Having a chronic illness, especially a rare one like Mast Cell Disorder or Ehlers-Danlos Syndrome or Dysautonomia may cause you to feel alone. There are not many physicians that specialize in these disorders and many of us spend years, if not decades, feeling sick and going from doctor to doctor, only to be told there is nothing wrong with us.
You will hear me say this over and over, but I do not believe they are so rare. I think they are grossly underdiagnosed. Because the symptoms can overlap with many other conditions, they can be difficult to diagnose. Mast Cell Disorders and Dysautonomia especially are not disorders that doctors see in their medical practice and “sort of” remember something about them from medical school.
Whether you have one of these disorders or all three like me, having significant symptoms that the majority of the medical community either don’t know about, don’t understand or discount can be frustrating, frightening and isolating.
I think the very worst is having family members and friends who either just don’t want to learn about it, think you’re exaggerating or straight out think you’re a hypochondriac. I used to spend way too much time educating them, explaining symptoms, reactions, reasons for not being able to do certain activities. Finally, I started to focus only on my health, not convincing them. It was a relief.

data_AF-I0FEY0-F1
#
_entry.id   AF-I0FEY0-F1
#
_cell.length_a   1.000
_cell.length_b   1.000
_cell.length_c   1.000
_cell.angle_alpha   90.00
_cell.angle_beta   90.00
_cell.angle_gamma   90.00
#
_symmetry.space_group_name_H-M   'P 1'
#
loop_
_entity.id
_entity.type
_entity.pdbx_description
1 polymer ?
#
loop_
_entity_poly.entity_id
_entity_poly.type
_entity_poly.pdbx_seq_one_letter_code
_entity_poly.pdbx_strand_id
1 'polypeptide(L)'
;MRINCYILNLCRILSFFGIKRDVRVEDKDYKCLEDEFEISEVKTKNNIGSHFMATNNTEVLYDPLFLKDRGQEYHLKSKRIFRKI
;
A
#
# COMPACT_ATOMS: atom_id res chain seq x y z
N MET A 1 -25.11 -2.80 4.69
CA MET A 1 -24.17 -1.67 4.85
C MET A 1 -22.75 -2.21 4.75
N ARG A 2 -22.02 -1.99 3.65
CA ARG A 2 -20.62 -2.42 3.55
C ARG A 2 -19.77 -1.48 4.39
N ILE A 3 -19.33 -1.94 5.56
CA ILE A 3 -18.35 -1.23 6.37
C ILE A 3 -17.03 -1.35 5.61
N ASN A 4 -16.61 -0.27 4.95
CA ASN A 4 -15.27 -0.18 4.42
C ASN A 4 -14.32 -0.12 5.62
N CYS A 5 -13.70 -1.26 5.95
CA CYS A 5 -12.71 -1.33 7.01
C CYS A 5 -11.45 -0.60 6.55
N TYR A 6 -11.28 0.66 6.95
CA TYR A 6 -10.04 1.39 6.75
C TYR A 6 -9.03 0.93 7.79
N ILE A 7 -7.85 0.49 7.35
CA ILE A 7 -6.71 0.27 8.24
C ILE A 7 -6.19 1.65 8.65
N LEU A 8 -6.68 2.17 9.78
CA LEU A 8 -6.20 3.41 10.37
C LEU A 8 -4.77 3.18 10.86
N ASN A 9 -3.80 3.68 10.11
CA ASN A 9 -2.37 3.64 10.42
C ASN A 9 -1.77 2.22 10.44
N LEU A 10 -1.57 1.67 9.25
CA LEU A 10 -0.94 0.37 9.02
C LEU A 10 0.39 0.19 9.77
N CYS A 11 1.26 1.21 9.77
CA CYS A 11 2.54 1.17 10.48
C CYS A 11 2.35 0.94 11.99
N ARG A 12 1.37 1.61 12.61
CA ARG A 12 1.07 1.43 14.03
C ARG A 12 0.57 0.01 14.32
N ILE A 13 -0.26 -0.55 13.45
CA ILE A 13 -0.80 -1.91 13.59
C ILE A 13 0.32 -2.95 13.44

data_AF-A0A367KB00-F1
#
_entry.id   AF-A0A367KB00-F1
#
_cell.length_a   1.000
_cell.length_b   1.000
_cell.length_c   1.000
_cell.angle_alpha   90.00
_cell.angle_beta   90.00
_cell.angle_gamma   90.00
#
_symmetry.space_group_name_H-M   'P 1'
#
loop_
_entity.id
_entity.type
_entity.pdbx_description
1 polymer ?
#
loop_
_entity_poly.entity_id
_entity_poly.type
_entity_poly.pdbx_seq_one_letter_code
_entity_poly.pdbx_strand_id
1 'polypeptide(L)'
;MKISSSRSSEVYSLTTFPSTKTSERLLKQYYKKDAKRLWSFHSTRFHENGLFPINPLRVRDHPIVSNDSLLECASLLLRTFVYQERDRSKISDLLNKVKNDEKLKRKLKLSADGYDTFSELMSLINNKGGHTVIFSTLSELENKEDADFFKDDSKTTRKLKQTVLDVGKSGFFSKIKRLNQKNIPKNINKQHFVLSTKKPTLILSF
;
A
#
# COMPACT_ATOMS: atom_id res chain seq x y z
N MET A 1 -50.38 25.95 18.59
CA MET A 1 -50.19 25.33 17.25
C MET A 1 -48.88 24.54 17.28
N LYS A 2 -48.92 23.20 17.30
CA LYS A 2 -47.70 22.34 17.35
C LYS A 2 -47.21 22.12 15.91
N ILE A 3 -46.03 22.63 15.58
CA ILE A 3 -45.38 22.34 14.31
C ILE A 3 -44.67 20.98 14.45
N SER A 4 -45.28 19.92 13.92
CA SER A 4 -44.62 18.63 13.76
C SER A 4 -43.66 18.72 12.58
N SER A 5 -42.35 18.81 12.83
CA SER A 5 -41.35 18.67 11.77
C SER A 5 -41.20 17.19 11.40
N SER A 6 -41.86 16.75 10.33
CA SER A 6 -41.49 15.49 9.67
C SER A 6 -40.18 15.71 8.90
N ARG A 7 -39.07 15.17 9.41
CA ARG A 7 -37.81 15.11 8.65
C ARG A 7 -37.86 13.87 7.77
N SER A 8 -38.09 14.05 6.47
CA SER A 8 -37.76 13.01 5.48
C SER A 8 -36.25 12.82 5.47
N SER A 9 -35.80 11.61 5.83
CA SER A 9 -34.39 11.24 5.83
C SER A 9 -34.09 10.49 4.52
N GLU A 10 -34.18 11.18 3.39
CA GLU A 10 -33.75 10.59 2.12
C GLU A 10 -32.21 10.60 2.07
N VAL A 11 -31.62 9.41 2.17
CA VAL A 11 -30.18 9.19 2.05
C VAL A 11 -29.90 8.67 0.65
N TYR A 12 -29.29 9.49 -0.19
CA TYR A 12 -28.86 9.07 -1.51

So how do you NOT feel so alone when family, friends and the medical community are not necessarily on your side? Setting healthy boundaries is very important. I’ve gotten very good at that now. I have fired doctors, ended friendships that no longer served me and spent less time with family members that were hurtful. But… I do surround myself with friends who care about me despite being sick, although there aren’t too many, I’m happy with the couple. I see some of the best specialists and ask for referrals from them to see others.
But the most important support is meeting others with the same disorders, mostly online. Because I’m all about keeping a positive attitude even in the face of very unpleasant situations, I “hang out” with the more positive people. You can find amazing support, caring, concern, compassion and friendship in these communities. I do not go there to complain about the disorders and being sick. We all have to vent at times, but generally, we help keep each other up and offer support and love at a level difficult for healthy people to comprehend.
Reach out to others. If you want to connect to a supportive community for one of these disorders and cannot find it, I will be happy to assist you . You can either email me or use my contact form found on the side and bottom of each page of my website and on my contact tab. You are NOT alone. And you may develop the most incredible friendships because we understand. Comments are always welcomed below.